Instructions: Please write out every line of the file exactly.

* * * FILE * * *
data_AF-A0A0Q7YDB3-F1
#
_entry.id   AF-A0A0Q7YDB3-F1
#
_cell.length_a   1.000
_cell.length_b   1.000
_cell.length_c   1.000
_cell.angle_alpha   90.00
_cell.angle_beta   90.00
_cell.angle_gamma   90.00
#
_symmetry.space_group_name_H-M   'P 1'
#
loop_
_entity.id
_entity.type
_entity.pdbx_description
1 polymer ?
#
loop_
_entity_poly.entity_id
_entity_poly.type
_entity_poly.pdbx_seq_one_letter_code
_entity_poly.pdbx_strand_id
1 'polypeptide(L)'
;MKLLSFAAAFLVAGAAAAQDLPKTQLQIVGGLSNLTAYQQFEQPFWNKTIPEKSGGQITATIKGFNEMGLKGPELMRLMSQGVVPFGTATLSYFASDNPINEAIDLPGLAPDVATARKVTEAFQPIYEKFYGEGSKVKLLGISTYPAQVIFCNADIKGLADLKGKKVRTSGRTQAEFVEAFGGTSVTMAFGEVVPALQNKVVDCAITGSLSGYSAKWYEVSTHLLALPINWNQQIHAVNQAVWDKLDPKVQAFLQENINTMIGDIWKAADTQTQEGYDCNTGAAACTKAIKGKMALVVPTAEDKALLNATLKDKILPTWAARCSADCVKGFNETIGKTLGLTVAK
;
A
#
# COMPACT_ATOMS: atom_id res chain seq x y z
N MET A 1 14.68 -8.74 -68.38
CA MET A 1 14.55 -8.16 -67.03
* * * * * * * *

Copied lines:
data_AF-A0A0Q7YDB3-F1
#
_entry.id   AF-A0A0Q7YDB3-F1
#
_cell.length_a   1.000
_cell.length_b   1.000
_cell.length_c   1.000
_cell.angle_alpha   90.00
_cell.angle_beta   90.00
_cell.angle_gamma   90.00
#
_symmetry.space_group_name_H-M   'P 1'
#
loop_
_entity.id
_entity.type
_entity.pdbx_description
1 polymer ?
#
loop_
_entity_poly.entity_id
_entity_poly.type
_entity_poly.pdbx_seq_one_letter_code
_entity_poly.pdbx_strand_id
1 'polypeptide(L)'
;MKLLSFAAAFLVAGAAAAQDLPKTQLQIVGGLSNLTAYQQFEQPFWNKTIPEKSGGQITATIKGFNEMGLKGPELMRLMSQGVVPFGTATLSYFASDNPINEAIDLPGLAPDVATARKVTEAFQPIYEKFYGEGSKVKLLGISTYPAQVIFCNADIKGLADLKGKKVRTSGRTQAEFVEAFGGTSVTMAFGEVVPALQNKVVDCAITGSLSGYSAKWYEVSTHLLALPINWNQQIHAVNQAVWDKLDPKVQAFLQENINTMIGDIWKAADTQTQEGYDCNTGAAACTKAIKGKMALVVPTAEDKALLNATLKDKILPTWAARCSADCVKGFNETIGKTLGLTVAK
;
A
#
# COMPACT_ATOMS: atom_id res chain seq x y z
N MET A 1 14.68 -8.74 -68.38
CA MET A 1 14.55 -8.16 -67.03